Download A Thousand Machines: A Concise Philosophy of the Machine as by Gerald Raunig PDF

By Gerald Raunig

During this "concise philosophy of the machine," Gerald Raunig offers a ancient and significant backdrop to an idea proposed 40 years in the past by way of the French philosophers Félix Guattari and Gilles Deleuze: the desktop, now not as a technical machine and gear, yet as a social composition and concatenation. This notion of the laptop as an association of technical, physically, highbrow, and social parts subverts the competition among guy and computer, organism and mechanism, person and neighborhood. Drawing from an strange diversity of flicks, literature, and performance--from the function of bicycles in Flann O'Brien's fiction to Vittorio de Sica's Neorealist movie The Bicycle Thieves, and from Karl Marx's "Fragment on Machines" to the deus ex machina of Greek drama--Raunig arrives at an more suitable perception of the desktop as a social stream, discovering its so much apt and urban manifestation within the Euromayday flow, which on account that 2001 has turn into a transnational activist and discursive perform centred upon the precarious nature of work and lives.

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Extra resources for A Thousand Machines: A Concise Philosophy of the Machine as Social Movement (Intervention Series)

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It would not be hard to find thousands of examples in the books of the Prophets in which lead, earth, gold, and salt speak of human virtues and vices. Alchemy often did no more than codify this homology. Indeed, all the degrees of magical and material transmutation are for some people homolo­ gous to the degrees of mystical contemplation: In Johannes Daustenius's Rosarium, the seven degrees are the subject of the following description. 'In this way, the body ( 1 ) causes the water to be conserved.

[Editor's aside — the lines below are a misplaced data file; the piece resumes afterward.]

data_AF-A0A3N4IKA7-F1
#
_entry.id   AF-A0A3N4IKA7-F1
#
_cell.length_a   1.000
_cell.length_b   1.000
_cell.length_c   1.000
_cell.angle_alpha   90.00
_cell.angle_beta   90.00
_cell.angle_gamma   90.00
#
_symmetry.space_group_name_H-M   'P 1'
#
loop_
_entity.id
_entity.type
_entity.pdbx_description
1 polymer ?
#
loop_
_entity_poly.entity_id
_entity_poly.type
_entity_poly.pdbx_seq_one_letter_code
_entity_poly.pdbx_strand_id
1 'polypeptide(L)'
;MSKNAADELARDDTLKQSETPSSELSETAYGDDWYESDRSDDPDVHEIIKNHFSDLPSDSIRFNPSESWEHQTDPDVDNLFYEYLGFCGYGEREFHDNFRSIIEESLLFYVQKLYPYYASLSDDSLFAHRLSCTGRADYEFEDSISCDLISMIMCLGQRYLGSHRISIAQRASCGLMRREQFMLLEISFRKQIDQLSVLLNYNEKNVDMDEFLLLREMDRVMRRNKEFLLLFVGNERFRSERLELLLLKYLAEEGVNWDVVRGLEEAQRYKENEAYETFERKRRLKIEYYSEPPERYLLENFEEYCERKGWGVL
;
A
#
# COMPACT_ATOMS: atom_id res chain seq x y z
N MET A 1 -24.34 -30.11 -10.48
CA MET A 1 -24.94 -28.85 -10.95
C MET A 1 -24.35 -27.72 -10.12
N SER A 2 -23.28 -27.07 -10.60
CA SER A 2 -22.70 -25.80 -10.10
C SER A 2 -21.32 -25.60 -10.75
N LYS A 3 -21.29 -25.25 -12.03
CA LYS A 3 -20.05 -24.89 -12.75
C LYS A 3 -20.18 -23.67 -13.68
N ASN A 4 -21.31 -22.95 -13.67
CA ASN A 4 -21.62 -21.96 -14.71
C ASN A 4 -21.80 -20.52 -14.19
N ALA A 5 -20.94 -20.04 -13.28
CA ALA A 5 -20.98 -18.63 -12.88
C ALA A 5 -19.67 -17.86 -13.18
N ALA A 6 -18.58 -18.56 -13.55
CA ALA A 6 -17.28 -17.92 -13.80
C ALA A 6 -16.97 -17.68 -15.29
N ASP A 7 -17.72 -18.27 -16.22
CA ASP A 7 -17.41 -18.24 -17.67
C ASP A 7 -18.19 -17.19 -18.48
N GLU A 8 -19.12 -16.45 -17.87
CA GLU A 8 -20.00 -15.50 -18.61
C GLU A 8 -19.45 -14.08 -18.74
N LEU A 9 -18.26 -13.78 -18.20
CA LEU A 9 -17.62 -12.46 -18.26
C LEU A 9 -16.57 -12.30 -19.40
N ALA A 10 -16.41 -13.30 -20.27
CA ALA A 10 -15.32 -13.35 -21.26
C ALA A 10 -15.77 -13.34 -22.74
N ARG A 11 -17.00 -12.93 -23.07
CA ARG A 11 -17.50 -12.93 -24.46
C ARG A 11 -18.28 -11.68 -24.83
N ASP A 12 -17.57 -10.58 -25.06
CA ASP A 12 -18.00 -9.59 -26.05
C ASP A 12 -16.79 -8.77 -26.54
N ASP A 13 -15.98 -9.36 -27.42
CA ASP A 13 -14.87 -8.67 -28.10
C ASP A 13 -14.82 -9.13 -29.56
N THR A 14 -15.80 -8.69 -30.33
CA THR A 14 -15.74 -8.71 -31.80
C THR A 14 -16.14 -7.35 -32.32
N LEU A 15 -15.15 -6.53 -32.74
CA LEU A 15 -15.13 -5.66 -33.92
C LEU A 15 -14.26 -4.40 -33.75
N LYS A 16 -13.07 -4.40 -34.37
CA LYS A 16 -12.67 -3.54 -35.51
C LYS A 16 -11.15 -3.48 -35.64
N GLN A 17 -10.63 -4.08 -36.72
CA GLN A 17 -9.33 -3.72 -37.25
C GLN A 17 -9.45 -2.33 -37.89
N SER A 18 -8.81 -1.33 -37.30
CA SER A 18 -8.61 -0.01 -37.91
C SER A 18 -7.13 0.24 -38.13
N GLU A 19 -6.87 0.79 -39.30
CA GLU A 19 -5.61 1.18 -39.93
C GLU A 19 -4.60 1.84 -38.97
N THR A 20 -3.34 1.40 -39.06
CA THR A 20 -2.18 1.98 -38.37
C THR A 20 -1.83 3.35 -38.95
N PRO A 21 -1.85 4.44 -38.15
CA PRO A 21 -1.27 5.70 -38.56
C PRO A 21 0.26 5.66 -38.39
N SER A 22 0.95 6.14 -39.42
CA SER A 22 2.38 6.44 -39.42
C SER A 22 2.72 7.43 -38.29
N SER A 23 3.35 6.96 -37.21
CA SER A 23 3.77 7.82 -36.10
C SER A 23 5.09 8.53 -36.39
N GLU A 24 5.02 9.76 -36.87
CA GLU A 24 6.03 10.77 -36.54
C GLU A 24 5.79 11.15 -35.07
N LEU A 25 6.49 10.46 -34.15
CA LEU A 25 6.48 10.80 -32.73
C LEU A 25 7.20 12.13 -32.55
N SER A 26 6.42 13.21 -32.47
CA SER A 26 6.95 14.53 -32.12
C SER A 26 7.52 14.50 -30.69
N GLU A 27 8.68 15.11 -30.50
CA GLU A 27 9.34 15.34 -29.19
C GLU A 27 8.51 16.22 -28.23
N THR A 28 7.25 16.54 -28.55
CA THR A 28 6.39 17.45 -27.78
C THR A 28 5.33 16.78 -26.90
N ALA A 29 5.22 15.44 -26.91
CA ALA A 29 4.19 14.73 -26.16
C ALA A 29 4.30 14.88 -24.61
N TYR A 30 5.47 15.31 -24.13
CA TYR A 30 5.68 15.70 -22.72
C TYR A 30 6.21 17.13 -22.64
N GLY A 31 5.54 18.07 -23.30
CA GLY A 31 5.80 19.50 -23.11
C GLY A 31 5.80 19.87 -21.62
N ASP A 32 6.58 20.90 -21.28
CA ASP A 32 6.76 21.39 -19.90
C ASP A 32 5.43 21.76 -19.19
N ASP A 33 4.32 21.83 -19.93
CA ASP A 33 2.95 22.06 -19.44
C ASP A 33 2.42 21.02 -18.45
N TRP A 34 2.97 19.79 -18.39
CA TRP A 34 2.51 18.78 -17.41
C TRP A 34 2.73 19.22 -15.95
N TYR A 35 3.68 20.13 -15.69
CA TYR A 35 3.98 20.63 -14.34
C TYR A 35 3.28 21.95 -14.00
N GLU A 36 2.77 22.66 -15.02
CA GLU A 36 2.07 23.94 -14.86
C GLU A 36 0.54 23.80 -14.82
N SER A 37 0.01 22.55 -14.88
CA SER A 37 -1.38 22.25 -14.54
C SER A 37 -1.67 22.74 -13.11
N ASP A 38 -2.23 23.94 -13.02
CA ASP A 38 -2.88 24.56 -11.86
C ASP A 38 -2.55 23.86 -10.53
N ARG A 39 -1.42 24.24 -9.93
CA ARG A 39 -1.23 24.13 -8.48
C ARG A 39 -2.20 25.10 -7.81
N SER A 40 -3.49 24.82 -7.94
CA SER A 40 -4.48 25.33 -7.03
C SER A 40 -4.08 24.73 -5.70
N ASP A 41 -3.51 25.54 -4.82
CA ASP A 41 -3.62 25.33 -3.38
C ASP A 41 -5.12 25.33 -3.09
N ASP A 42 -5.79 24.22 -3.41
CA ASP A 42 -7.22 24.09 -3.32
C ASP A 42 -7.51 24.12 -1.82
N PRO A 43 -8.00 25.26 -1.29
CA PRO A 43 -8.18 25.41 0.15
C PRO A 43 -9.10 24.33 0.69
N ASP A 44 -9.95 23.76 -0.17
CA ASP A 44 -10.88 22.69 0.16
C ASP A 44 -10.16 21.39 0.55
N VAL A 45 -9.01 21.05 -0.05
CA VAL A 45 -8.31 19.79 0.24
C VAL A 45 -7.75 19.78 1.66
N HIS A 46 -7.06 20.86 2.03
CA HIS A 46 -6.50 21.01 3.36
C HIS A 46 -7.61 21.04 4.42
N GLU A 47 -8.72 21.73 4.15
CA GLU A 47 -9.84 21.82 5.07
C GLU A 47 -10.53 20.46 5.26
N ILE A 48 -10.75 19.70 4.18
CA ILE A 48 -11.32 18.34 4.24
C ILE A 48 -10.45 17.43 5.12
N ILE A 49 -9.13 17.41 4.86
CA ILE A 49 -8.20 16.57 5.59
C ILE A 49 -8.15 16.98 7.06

What happens though when experiment contradicts theory? You can, in that case, keep repeating the negative experiment over and over again, in the belief that it is simply a failed experiment. This is what Michelson did when he so often repeated the experiment which, in his view, should show the immobility of the ether. In the end however, when Michelson's failure was beyond doubt, science had to modify its fundamental principles. Thus was relativity science born. Should an experiment in alchemy not succeed, the conclusion is drawn quite simply that the right matter or the necessary germs of being were not used or even that the moment has not yet come for it to produce a result.

In reality, the ability to make links does not have its origin in surfaces, in the very place where observations are made, but rather it springs from more inward reactions. Bacon's tables do not refer directZv to a reality given greater value. It must not be forgotten that before instances are listed they are sought. They are therefore the results of ideas for research, ideas that were to a greater or lesser degree both hidden and given value. Before being taught how to describe objectively, observers should therefore have been psychoanalysed, with repressed irrational explanations being carefully exposed.

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